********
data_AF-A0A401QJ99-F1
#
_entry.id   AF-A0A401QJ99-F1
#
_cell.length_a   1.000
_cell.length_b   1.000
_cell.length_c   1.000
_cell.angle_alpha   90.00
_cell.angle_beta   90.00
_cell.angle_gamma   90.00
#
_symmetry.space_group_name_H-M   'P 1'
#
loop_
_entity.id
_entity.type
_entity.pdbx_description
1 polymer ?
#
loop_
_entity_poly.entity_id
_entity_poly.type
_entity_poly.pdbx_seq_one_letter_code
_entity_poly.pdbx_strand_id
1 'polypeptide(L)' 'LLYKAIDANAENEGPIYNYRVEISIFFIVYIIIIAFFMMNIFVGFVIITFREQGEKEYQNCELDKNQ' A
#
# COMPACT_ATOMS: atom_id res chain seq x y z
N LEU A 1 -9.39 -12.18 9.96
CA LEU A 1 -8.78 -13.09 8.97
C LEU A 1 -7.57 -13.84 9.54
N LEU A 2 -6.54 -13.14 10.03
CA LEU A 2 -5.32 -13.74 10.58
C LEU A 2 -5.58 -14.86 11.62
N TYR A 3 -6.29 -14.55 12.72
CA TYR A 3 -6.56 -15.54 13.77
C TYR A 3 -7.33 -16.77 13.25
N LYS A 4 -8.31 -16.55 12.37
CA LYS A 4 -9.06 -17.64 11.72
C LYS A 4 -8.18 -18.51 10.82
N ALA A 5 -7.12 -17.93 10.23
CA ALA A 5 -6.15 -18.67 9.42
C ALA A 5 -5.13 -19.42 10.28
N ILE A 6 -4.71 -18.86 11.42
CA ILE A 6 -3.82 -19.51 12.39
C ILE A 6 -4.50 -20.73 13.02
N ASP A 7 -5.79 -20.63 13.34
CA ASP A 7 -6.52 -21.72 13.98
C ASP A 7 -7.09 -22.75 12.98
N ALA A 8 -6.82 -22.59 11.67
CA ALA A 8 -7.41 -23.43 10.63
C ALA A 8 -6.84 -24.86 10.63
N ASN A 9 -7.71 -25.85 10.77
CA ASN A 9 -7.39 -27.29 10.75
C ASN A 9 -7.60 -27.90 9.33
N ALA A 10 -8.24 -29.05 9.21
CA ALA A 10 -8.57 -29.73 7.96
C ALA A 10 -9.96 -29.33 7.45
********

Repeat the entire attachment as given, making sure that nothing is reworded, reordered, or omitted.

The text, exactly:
data_AF-A0A401QJ99-F1
#
_entry.id   AF-A0A401QJ99-F1
#
_cell.length_a   1.000
_cell.length_b   1.000
_cell.length_c   1.000
_cell.angle_alpha   90.00
_cell.angle_beta   90.00
_cell.angle_gamma   90.00
#
_symmetry.space_group_name_H-M   'P 1'
#
loop_
_entity.id
_entity.type
_entity.pdbx_description
1 polymer ?
#
loop_
_entity_poly.entity_id
_entity_poly.type
_entity_poly.pdbx_seq_one_letter_code
_entity_poly.pdbx_strand_id
1 'polypeptide(L)' 'LLYKAIDANAENEGPIYNYRVEISIFFIVYIIIIAFFMMNIFVGFVIITFREQGEKEYQNCELDKNQ' A
#
# COMPACT_ATOMS: atom_id res chain seq x y z
N LEU A 1 -9.39 -12.18 9.96
CA LEU A 1 -8.78 -13.09 8.97
C LEU A 1 -7.57 -13.84 9.54
N LEU A 2 -6.54 -13.14 10.03
CA LEU A 2 -5.32 -13.74 10.58
C LEU A 2 -5.58 -14.86 11.62
N TYR A 3 -6.29 -14.55 12.72
CA TYR A 3 -6.56 -15.54 13.77
C TYR A 3 -7.33 -16.77 13.25
N LYS A 4 -8.31 -16.55 12.37
CA LYS A 4 -9.06 -17.64 11.72
C LYS A 4 -8.18 -18.51 10.82
N ALA A 5 -7.12 -17.93 10.23
CA ALA A 5 -6.15 -18.67 9.42
C ALA A 5 -5.13 -19.42 10.28
N ILE A 6 -4.71 -18.86 11.42
CA ILE A 6 -3.82 -19.51 12.39
C ILE A 6 -4.50 -20.73 13.02
N ASP A 7 -5.79 -20.63 13.34
CA ASP A 7 -6.52 -21.72 13.98
C ASP A 7 -7.09 -22.75 12.98
N ALA A 8 -6.82 -22.59 11.67
CA ALA A 8 -7.41 -23.43 10.63
C ALA A 8 -6.84 -24.86 10.63
N ASN A 9 -7.71 -25.85 10.77
CA ASN A 9 -7.39 -27.29 10.75
C ASN A 9 -7.60 -27.90 9.33
N ALA A 10 -8.24 -29.05 9.21
CA ALA A 10 -8.57 -29.73 7.96
C ALA A 10 -9.96 -29.33 7.45